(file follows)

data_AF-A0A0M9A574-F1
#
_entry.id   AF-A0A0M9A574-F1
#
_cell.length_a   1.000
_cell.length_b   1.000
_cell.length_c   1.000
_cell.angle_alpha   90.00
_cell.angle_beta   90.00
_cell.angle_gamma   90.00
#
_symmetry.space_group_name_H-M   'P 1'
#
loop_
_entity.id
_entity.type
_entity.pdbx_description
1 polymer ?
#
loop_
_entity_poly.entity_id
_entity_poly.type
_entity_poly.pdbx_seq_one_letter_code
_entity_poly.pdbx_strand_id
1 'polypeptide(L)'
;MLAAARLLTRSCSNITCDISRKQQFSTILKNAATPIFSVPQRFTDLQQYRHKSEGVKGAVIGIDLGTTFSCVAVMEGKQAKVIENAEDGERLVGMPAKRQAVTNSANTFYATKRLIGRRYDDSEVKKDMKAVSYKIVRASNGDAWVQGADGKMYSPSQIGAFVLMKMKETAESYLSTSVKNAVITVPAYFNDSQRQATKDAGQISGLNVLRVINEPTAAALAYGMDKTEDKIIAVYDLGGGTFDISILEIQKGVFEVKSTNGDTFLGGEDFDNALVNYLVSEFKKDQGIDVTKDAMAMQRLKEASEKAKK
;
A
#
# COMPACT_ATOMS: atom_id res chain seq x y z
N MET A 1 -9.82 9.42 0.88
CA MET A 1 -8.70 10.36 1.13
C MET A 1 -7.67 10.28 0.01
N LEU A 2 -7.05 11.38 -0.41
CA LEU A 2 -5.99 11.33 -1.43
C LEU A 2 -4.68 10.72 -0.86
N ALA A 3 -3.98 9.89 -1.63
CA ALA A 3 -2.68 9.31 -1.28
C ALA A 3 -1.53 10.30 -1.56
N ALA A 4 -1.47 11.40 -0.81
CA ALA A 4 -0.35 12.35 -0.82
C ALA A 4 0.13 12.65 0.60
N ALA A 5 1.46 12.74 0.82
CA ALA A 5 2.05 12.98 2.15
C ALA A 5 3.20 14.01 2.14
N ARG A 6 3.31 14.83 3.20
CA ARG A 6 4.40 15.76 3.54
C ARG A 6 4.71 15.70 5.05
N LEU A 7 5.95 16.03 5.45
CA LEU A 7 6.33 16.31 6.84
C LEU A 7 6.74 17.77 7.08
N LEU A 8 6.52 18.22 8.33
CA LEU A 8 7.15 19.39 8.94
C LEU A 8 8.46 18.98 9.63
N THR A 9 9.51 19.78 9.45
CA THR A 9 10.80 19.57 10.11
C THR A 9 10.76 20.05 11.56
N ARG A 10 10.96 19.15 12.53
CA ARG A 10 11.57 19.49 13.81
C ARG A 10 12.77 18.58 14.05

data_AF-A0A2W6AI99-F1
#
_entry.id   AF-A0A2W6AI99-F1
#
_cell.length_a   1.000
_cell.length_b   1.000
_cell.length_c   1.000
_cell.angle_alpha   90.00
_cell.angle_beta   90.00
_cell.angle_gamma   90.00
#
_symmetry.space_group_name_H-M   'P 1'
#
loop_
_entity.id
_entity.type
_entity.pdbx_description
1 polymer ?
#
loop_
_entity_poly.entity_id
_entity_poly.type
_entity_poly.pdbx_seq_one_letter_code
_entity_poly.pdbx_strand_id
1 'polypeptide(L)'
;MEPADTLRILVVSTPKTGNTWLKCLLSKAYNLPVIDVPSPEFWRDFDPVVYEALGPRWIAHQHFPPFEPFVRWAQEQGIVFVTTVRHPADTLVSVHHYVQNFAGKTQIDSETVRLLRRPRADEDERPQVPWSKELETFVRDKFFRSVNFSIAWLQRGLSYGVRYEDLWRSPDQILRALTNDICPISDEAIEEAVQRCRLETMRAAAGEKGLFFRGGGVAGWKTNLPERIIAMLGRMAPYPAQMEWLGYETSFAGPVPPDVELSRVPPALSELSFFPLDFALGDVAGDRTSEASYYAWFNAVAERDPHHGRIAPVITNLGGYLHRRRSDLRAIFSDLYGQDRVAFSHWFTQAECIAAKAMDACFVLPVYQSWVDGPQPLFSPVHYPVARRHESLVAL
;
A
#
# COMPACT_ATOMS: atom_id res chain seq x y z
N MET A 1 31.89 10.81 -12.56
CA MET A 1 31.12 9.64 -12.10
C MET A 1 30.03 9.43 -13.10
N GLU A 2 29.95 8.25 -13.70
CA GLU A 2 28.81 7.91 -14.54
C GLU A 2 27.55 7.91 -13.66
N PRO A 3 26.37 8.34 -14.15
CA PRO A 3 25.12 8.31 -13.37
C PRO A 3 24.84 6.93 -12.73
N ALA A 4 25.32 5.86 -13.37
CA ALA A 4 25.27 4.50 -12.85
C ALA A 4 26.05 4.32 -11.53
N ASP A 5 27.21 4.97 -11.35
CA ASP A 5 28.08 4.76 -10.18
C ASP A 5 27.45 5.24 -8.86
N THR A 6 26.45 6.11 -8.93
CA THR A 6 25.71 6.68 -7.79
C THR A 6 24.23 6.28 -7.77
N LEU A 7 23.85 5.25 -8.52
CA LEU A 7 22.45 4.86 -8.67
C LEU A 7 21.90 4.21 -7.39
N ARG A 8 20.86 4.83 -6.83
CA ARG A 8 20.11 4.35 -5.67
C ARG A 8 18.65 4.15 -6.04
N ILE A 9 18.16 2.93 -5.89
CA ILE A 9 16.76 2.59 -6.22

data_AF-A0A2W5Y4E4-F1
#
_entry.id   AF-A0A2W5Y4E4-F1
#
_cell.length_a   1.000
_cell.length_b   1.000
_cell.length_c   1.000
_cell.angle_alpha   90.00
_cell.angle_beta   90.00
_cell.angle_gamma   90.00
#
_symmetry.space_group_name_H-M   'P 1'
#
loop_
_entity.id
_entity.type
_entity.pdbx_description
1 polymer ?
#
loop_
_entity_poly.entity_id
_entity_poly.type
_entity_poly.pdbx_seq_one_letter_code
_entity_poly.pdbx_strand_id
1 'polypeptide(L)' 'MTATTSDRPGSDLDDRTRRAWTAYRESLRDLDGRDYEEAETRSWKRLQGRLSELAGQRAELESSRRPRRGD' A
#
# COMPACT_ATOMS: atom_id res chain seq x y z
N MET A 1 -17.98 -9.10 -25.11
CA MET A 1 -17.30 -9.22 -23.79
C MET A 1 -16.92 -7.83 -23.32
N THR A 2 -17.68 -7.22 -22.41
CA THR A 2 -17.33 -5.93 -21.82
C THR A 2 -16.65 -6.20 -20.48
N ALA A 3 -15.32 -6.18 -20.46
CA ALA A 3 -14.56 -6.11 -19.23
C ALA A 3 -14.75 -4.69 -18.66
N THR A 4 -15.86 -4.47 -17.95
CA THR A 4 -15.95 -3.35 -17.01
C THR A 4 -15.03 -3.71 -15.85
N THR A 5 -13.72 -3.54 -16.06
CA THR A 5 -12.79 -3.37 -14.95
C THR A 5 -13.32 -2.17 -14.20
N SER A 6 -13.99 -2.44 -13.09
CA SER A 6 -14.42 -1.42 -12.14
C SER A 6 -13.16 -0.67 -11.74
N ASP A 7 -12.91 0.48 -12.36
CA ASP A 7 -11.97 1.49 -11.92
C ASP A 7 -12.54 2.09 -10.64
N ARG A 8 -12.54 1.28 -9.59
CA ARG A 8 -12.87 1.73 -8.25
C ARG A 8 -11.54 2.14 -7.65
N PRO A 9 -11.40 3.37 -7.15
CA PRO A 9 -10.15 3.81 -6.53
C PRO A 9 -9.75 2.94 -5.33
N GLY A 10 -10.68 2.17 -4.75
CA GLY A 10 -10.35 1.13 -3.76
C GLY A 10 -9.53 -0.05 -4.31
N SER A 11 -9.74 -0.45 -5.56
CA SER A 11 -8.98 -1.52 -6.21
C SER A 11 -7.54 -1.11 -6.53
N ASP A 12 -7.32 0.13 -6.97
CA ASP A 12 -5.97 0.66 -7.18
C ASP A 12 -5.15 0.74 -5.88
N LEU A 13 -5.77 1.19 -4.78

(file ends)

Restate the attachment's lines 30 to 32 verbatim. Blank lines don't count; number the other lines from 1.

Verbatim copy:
# COMPACT_ATOMS: atom_id res chain seq x y z
N MET A 1 -9.82 9.42 0.88
CA MET A 1 -8.70 10.36 1.13